Do Bulls Really Hate the Color Red or Are they Color Blind?

It’s not the color, but rather the movement of the cape and the bullfighter that makes bulls so angry. Moreover, the bulls used in bullfights are from a very aggressive breed and they’re raised in a way that any sudden movements will make these bulls angry and make them attack.

Bullfighting is one of the most popular and controversial customs in Spain. Every year in the summer, people flock by the thousands to see a bullfighter (matador) wave his red cape (muleta) in front of a snorting bull. The bull sees the flaming, arrogant red color and charge angrily towards it. Or so it seems from the stands.

We’ve always been told not to stand in front of a bull when wearing a red dress, or something along those lines, so what is it about the color red that makes bulls so angry? Let’s find out.

Why does the color red make bulls so angry?

Bulls don’t get agitated by the color red. In fact, there is very little evidence for any color aggravating bulls into causing damage.

Bulls, like other ungulates (animals with hooves), have dichromatic vision. They have two different cone cells, those cells in the retina that detect color. One type of cone cell detect short wavelengths (S-cone) that is most sensitive at 444 to 445 nm (blue/violet region). The other type of cone cells perceive medium to long wavelengths at around 552-555 nm (yellowish-green).

But this dichromatic vision doesn’t say much about how bulls distinguish color. Many experiments have been carried out looking at how bulls perceive and distinguish color. These experiments have noted that bulls can differentiate between different colors can red, but none of them have conclusively associated the color red with aggression.

In their paper, ‘Color Perception In Fighting Cattle’, Riol and colleague point out that though the fighting bull’s aggression might be directed at the muleta, the color of the muleta shouldn’t be disregarded completely. In their study though, the bulls showed no aggressive behaviour when showed the red color.

In 2007 though, Discovery Channel’s show Mythbusters put this myth to the test. They made bulls charge at three dummies dressed in white, blue and red. The bulls had no preference for the red dummy. They simply charged ahead towards the dummies.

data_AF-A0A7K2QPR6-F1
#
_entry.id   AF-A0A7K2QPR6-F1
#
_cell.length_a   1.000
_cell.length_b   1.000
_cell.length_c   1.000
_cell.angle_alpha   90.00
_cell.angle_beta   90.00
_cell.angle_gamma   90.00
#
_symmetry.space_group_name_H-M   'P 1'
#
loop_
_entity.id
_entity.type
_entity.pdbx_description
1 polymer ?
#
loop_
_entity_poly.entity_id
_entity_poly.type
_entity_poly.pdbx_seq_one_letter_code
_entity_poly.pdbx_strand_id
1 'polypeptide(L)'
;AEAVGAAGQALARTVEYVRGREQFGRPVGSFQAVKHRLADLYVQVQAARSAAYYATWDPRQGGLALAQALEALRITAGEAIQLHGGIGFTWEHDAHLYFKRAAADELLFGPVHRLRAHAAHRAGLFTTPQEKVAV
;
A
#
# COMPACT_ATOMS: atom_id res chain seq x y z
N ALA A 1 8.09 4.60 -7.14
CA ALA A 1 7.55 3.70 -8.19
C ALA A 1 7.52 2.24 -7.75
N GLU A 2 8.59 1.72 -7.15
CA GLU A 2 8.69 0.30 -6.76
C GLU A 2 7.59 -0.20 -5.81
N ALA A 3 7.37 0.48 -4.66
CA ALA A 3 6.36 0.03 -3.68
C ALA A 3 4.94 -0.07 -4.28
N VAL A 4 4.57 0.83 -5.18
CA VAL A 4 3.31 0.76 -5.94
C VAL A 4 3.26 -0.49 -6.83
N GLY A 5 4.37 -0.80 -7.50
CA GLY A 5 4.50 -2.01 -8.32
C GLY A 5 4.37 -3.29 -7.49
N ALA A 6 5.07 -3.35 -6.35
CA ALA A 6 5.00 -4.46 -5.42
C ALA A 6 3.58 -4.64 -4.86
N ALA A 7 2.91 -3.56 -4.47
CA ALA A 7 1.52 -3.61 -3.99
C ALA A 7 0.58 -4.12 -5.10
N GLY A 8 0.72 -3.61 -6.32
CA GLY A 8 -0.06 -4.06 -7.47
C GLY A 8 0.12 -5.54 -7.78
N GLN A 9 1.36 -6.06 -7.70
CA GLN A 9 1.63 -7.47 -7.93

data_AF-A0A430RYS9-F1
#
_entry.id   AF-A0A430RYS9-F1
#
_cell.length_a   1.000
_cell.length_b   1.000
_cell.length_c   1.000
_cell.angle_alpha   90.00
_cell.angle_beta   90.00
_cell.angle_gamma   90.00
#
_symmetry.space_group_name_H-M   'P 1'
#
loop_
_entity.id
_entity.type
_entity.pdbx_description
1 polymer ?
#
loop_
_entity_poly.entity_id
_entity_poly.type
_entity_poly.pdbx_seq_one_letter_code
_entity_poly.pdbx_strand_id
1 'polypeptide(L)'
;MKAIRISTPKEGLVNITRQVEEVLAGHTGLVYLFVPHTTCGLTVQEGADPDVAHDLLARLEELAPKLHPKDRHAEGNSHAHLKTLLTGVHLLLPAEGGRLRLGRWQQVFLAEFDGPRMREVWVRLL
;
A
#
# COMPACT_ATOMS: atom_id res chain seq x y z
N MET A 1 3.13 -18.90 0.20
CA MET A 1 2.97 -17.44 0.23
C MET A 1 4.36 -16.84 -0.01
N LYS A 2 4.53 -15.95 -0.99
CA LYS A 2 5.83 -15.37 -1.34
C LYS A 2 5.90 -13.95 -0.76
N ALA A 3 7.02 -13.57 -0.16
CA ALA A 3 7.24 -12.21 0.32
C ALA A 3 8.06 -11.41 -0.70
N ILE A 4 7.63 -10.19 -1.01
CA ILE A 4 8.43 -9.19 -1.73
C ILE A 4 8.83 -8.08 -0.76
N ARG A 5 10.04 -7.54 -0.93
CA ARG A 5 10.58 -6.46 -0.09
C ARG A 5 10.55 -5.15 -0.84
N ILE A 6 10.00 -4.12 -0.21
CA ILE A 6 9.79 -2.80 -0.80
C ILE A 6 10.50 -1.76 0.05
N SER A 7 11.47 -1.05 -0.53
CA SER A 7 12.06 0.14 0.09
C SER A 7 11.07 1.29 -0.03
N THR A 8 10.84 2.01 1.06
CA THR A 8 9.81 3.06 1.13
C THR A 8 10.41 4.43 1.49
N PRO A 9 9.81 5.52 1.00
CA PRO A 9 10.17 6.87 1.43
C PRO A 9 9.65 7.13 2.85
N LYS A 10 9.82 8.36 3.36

But that makes no sense, why does a bull lose its temper and come charging at a matador like it wants to shove him through a wall?

It’s all in the movement!

It’s not the color, but rather the movement of the cape and the bullfighter that makes bulls so angry. Moreover, the bulls used in bullfights are from a very aggressive breed and they’re raised in a way that any sudden movements will make these bulls angry and make them attack. These breeds of fighting bulls are bred and raised to be aggressive, especially in enclosed areas from where they can’t escape.

If the cape being used were of any other color, the bull will charge at it. Therefore, if a bullfighter is dressed in red and is standing still and another bullfighter dressed in any other color (even white) begins moving in front of the bull, the bull will attack the bullfighter in white – the one who is moving.

So why is red color used in bullfights?

A red-colored cape is used purely as a matter of tradition. In fact, there are three stages in bullfighting and the red cape is only used in the last stage. Also, the red color of the cape helps mask the blood of the bull as it is fended off by the matador.

Our modern view of bullfighting is one of a bloody and violent sport. Tracing back through history, these fiestas have held much significance, from cultural to religious. Bullfighting dates as far as 2000 BC, displayed in paintings found at Knossos in Crete, Greece. The sport spread through the Roman Empire, becoming especially popular in Iberian Peninsula, in Spain, Portugal and Andorra.

But it was not until the Moorish invasion of Spain in 711 AD, and later Francisco Romero of Ronda in 1726 that bullfighting became what it is today. The Moors gave bullfighting a ritualistic flavour, breeding animals for the purpose and introducing the cape, an extension of the bullfighter. But it was Romero that brought the muleta, the aggravating red cap, to the sport.

Today, bullfighting is facing political and cultural turmoil. In 2011, Catalonia, an autonomous community in Spain, passed a ban on bullfighting which the Spanish government overturned 6 years later. This has raised tensions between the Spanish government and Catalonia, which has been demanding independence from Spain. But this also raises questions about bullfighting and its place in Spanish culture.

In 2015, Spanish government released figures that only 9.5% Spaniards went for a bullfighting event. Many experts are worried that this tradition, vibrant and respected since the time of the Roman Empire, is dying. Many have raised points of bullfighting being inhumane to the animal and many are demanding children be banned from viewing the violent sport.

But one can’t deny that there is a certain grace and power that bullfighters display when they tame the aggressive bull they fight. The color red, though, has nothing to do with it.

References

Visual Neuroscience
Applied Animal Behaviour Science
Discovery

History of Spain – Reinhardt University

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About the Author:

Ashwin Vinod has a B.Tech in Electronics and Communications from APJ Abdul Kalam Technological University, Trivandrum (India). He likes to watch movies, reading fiction novels and surf the internet.

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